Five Early Childhood Rules


Throughout their early childhood years -- up to age 6 -- children may struggle to develop an understanding of what constitutes appropriate behavior. During this time it is critical for you to set well-defined boundaries that help your child learn right from wrong, and the most important early childhood rules are the ones that teach your child safety and how to get along with others.

Playing with Fire

  • According to the Federal Emergency Management Agency, 52 percent of all childhood fire-related deaths involve children younger than age 5. Fire-related deaths of young children occurs for two reasons: Children have a natural curiosity about fire that leads them to experiment, and young children most often do not know how to escape a fire on their own. FEMA suggests that you teach your children how dangerous fire is by explaining it is “hot, fast and deadly” and that they should never play with fire under any circumstances. The emergency management agency also recommends practicing fire drills to teach your children to escape a fire by crawling along the floor to avoid smoke inhalation, and that you set a predetermined place to meet outside of the house.

Helping Others

  • The American Psychological Association reports that “children can show signs of empathy and concern from a very early age” and respond with genuine concern when they see others needing help. To instill the rule of helping others, ask your child to do simple tasks, such as assisting with bringing in the groceries, setting the table for dinner or filling the dog’s water dish. For more serious issues, such as someone being injured, children should be taught to summon an adult. Every child old enough to speak should be taught how to dial “911” in an emergency if an adult is not present.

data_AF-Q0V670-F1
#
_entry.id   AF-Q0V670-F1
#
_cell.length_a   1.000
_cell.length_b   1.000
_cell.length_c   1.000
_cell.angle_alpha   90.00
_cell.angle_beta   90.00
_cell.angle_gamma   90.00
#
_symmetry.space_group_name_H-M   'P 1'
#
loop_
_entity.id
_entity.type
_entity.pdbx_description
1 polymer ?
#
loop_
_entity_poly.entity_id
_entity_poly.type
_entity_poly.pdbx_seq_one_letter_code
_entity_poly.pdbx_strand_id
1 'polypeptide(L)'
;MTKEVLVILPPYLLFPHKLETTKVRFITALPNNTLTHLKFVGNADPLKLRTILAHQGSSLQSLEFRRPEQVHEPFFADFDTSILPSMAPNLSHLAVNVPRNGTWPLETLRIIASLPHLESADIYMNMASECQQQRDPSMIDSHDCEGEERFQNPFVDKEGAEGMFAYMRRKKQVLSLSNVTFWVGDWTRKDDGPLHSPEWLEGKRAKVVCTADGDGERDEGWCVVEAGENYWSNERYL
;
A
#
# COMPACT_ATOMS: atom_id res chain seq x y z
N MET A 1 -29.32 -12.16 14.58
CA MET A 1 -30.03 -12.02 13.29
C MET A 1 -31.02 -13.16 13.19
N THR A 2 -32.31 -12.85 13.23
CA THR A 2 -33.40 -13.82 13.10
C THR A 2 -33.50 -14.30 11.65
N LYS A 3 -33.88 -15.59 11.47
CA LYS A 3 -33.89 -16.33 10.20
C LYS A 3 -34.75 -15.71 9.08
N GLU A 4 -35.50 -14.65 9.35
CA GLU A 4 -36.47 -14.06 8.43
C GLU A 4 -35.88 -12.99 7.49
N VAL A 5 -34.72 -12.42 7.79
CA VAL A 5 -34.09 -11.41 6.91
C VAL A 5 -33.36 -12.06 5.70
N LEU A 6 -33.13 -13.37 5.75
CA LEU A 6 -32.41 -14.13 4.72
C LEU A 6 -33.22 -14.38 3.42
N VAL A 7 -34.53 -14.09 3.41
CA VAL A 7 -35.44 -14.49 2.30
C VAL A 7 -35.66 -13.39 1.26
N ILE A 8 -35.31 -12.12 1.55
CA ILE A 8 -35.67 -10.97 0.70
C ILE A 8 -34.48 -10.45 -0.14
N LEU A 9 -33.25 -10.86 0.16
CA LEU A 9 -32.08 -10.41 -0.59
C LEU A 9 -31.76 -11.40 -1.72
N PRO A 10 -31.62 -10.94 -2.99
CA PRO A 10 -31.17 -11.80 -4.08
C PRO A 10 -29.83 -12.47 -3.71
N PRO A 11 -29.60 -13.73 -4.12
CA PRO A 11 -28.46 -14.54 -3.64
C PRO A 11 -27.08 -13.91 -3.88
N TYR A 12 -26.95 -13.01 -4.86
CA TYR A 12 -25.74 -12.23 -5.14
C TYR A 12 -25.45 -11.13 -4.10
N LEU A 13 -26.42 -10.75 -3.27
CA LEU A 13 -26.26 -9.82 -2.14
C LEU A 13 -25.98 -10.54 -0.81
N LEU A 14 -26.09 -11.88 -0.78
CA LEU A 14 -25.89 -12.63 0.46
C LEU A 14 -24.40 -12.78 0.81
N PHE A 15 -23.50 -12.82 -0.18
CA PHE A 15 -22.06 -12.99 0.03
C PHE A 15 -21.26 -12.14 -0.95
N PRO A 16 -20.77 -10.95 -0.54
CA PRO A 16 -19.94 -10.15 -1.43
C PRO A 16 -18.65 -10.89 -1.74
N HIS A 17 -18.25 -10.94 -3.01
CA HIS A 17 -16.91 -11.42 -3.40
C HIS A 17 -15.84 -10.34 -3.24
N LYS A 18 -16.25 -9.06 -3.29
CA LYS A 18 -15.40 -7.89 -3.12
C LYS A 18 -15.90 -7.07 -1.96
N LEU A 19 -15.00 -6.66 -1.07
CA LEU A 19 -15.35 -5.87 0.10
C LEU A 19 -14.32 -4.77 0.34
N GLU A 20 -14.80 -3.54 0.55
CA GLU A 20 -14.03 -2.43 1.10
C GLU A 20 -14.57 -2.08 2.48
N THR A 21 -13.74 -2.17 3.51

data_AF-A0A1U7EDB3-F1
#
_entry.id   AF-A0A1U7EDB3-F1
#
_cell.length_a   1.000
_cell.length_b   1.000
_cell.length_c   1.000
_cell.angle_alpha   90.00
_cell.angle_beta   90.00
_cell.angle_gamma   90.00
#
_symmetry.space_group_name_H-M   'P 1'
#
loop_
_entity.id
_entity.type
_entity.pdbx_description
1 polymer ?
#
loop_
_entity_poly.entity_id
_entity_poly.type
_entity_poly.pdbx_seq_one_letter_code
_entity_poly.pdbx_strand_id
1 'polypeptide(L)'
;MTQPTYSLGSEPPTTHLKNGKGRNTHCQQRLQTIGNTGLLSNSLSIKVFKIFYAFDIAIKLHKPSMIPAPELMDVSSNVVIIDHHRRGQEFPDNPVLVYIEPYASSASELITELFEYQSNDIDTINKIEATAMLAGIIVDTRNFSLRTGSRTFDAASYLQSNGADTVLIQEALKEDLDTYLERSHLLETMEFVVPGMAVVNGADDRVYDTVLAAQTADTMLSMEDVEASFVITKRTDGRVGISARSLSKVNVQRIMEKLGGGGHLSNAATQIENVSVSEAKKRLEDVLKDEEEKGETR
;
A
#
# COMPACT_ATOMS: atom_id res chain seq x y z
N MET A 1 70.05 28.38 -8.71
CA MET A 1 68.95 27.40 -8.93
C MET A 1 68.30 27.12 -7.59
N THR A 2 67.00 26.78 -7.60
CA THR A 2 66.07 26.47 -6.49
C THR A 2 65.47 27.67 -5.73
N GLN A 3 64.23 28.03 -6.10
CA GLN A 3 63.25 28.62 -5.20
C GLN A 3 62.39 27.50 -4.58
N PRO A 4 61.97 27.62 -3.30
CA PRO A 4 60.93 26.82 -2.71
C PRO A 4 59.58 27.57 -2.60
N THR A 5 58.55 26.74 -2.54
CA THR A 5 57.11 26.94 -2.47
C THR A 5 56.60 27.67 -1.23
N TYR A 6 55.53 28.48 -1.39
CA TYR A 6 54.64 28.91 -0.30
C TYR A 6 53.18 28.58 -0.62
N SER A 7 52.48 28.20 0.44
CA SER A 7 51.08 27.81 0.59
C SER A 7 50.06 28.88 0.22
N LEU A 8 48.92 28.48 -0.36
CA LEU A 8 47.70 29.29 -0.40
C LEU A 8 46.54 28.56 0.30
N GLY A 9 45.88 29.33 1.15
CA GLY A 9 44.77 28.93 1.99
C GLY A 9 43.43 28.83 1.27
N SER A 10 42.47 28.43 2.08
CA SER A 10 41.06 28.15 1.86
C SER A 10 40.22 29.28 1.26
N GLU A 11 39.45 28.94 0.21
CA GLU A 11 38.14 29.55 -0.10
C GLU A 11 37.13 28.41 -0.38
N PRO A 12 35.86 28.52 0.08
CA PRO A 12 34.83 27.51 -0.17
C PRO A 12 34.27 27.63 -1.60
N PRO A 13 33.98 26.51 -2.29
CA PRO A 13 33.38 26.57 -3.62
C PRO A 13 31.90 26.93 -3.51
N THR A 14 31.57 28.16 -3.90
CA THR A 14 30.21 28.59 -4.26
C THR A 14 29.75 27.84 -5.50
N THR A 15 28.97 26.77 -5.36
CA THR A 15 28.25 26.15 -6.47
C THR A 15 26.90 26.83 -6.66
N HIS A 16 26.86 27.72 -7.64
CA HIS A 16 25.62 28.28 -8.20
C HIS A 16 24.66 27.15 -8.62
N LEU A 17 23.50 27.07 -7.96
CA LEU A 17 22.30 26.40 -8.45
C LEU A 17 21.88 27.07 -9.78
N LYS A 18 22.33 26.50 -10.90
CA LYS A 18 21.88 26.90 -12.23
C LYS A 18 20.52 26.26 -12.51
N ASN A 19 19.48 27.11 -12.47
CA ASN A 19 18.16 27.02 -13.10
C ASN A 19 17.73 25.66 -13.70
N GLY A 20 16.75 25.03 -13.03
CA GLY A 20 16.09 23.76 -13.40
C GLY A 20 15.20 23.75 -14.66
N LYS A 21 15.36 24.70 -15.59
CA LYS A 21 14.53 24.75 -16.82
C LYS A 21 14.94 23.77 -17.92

• It is important to teach your child proper manners -- from chewing with his mouth closed to saying “please” and “thank you.” Basic manners for young children shouldn’t be elaborate or excessively detailed. They should include the concept of treating others as they would like to be treated. Children can be taught that consideration and respect for other people are as important as satisfying their own wants and needs.

Kind Words

  • Beyond basic politeness, young children must learn that their words can have a hurtful effect on others. Children must be taught that it is never acceptable to yell or call others names when they are angry, and that being nice to others will win friends. When teaching your children to speak kindly, bear in mind that young children are highly impressionable and -- as the American Psychological Association points out -- your children take their cues from you and follow your example, whether your example is positive or negative.

Cleaning Up

  • While it certainly will never be at the top of their “Fun Things to Do” list, teaching young children the need to clean up after themselves will help instill in them a sense of responsibility. During early childhood, however, children require specific instructions, such as an explanation of why they must pick up their toys before doing something else, such as going to the park or watching TV. It is also essential to teach your children the importance of washing their hands after play and before eating to avoid spreading germs.


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